Historically, seven has been a sacred number. Creation took seven days to complete. To the ancient astronomers, there were seven planets. Pythagoreans revered seven because it was the sum of three and four.
Seven Data Virtualization Keys
Consider applying seven secrets practiced by your enterprise counterparts to make your own advanced data virtualization projects and architectures successful.
Today's IT teams responsible for data integration may consider applying the following seven secrets practiced by their enterprise counterparts to make their own advanced data virtualization projects and architectures successful.
1. Just Say Yes
Pfizer Inc.'s Portfolio Management team implemented data virtualization to leverage reusable views and extensible caches, thus simplifying the data integration of complex pharmaceutical research data sources. By avoiding the long development cycles of traditional extract-transfer-load (ETL) and physical data consolidation, Pfizer "says yes" to new business requests, typically delivering data for new reports in hours or days instead of weeks or months.
2. Mix Physical and Virtual
The information architecture team at Compassion International designed a mix of physical and virtual data integration in their enterprise-wide Ministry Information Library (MIL). Providing their 150-plus IT team members with greater agility and lower total cost of ownership (TCO), the MIL intelligently combines five physical and virtual data integration solutions including:
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3. Think Layers
By taking a layered approach, enterprises including Deutsche Bank can decompose complex problems such as huge data volumes in diverse application silos into manageable, yet well-aligned components. Typical layers in any enterprise include:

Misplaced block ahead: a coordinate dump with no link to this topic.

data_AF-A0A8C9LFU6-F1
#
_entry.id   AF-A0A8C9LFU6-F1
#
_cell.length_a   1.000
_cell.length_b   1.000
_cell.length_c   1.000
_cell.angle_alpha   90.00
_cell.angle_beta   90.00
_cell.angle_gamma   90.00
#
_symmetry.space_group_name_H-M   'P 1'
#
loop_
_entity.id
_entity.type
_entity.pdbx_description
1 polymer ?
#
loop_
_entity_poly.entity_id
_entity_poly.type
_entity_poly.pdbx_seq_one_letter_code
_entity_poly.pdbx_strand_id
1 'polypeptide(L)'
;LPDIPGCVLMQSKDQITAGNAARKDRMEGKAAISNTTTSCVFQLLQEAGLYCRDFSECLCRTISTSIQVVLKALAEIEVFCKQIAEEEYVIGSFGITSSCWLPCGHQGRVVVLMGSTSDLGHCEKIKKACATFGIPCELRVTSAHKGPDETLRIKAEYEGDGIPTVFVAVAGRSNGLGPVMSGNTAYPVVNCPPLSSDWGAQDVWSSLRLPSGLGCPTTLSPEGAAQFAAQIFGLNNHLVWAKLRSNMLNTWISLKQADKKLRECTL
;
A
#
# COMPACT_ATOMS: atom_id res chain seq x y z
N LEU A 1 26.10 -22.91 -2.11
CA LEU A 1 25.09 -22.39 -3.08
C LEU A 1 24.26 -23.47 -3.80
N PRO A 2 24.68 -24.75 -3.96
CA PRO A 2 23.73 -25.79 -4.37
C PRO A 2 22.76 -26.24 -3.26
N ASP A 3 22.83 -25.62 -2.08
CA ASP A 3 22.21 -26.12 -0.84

4. Embrace IT and Data Standards
Dell and the U.S. Army have successfully applied data standards to accelerate their enterprise-wide deployments and reduce TCO. Examples of IT and data standards include:
5. Optimize, Optimize, Optimize
Similar to "location" for real estate agents, successful data virtualization initiatives focus on "optimize, optimize, optimize." For example, Wachovia's investment customers with millions of dollars under management have little tolerance for slow queries. Neither do Nielsen's research customers as they analyze TV ratings. With a powerful set of query optimization techniques readily available, data virtualization performance is typically never an issue.
6. Extend Your Integration Competency Center
Integration Competency Centers (ICCs) manage and improve large-scale, ongoing data integration activities. Data virtualization fits easily in ICCs originally developed for ETL, ESB, and other integration technologies. Northern Trust and Qualcomm quickly leveraged data virtualization with their existing governance policies, design and development staffing and best practices, shared services resources, and more to accelerate new development projects, and reduce staffing and hardware costs.
7. Fund Expansion with Savings
Data virtualization adopters including Comag, a joint venture of Hearst Corporation and Conde Nast, often begin with initial smaller project investments to gain rapid ROI - in many cases, up to 200 percent in six months or less. By measuring the savings in time-to-solution, hardware, software, and staffing achieved through this rapid ROI, these users have reversed traditional funding approaches by paying for new data virtualization investments with the already delivered savings.
Looking to overcome complexity in your enterprises' data integration systems? You can achieve success by applying today's enterprise data integration wisdom of "seven."
Robert "Bob" Eve is executive vice president of Marketing at Composite Software. Prior to joining Composite, he held executive-level marketing and business development roles at several other enterprise software companies. At Informatica and Mercury Interactive, he helped penetrate new segments in his role as the vice president of Market Development. Bob ran Marketing and Alliances at Kintana (acquired by Mercury Interactive in 2003) where he defined the IT Governance category. As vice president of Alliances at PeopleSoft, Bob was responsible for more than 300 partners and 100 staff members. Bob has an MS in management from MIT and a BS in business administration with honors from University of California, Berkeley.